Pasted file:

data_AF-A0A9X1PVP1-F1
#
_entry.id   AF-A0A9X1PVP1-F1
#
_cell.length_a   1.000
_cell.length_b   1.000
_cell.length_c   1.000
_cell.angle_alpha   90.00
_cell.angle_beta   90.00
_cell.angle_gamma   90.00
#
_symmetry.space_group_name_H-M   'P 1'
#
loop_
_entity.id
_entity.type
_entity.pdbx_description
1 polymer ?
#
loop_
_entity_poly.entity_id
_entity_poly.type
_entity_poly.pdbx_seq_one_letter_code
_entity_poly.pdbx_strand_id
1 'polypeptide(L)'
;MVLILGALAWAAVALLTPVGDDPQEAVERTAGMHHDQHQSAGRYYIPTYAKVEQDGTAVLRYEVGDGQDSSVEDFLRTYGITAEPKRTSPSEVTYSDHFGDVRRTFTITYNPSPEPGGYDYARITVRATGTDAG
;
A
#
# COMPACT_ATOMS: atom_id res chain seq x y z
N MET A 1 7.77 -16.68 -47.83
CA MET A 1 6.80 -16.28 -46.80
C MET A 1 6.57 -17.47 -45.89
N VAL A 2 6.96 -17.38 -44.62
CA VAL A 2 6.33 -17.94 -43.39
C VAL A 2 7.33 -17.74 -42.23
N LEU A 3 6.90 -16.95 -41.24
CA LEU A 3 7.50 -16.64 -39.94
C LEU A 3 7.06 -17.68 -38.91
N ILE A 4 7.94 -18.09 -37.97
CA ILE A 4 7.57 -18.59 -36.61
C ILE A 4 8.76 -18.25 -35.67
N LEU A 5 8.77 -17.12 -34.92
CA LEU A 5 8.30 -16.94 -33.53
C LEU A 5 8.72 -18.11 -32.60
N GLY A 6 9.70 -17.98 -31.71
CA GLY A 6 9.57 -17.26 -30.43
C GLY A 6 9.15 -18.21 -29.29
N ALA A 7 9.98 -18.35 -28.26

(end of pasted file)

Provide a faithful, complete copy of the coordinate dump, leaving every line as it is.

data_AF-A0A9X1PVP1-F1
#
_entry.id   AF-A0A9X1PVP1-F1
#
_cell.length_a   1.000
_cell.length_b   1.000
_cell.length_c   1.000
_cell.angle_alpha   90.00
_cell.angle_beta   90.00
_cell.angle_gamma   90.00
#
_symmetry.space_group_name_H-M   'P 1'
#
loop_
_entity.id
_entity.type
_entity.pdbx_description
1 polymer ?
#
loop_
_entity_poly.entity_id
_entity_poly.type
_entity_poly.pdbx_seq_one_letter_code
_entity_poly.pdbx_strand_id
1 'polypeptide(L)'
;MVLILGALAWAAVALLTPVGDDPQEAVERTAGMHHDQHQSAGRYYIPTYAKVEQDGTAVLRYEVGDGQDSSVEDFLRTYGITAEPKRTSPSEVTYSDHFGDVRRTFTITYNPSPEPGGYDYARITVRATGTDAG
;
A
#
# COMPACT_ATOMS: atom_id res chain seq x y z
N MET A 1 7.77 -16.68 -47.83
CA MET A 1 6.80 -16.28 -46.80
C MET A 1 6.57 -17.47 -45.89
N VAL A 2 6.96 -17.38 -44.62
CA VAL A 2 6.33 -17.94 -43.39
C VAL A 2 7.33 -17.74 -42.23
N LEU A 3 6.90 -16.95 -41.24
CA LEU A 3 7.50 -16.64 -39.94
C LEU A 3 7.06 -17.68 -38.91
N ILE A 4 7.94 -18.09 -37.97
CA ILE A 4 7.57 -18.59 -36.61
C ILE A 4 8.76 -18.25 -35.67
N LEU A 5 8.77 -17.12 -34.92
CA LEU A 5 8.30 -16.94 -33.53
C LEU A 5 8.72 -18.11 -32.60
N GLY A 6 9.70 -17.98 -31.71
CA GLY A 6 9.57 -17.26 -30.43
C GLY A 6 9.15 -18.21 -29.29
N ALA A 7 9.98 -18.35 -28.26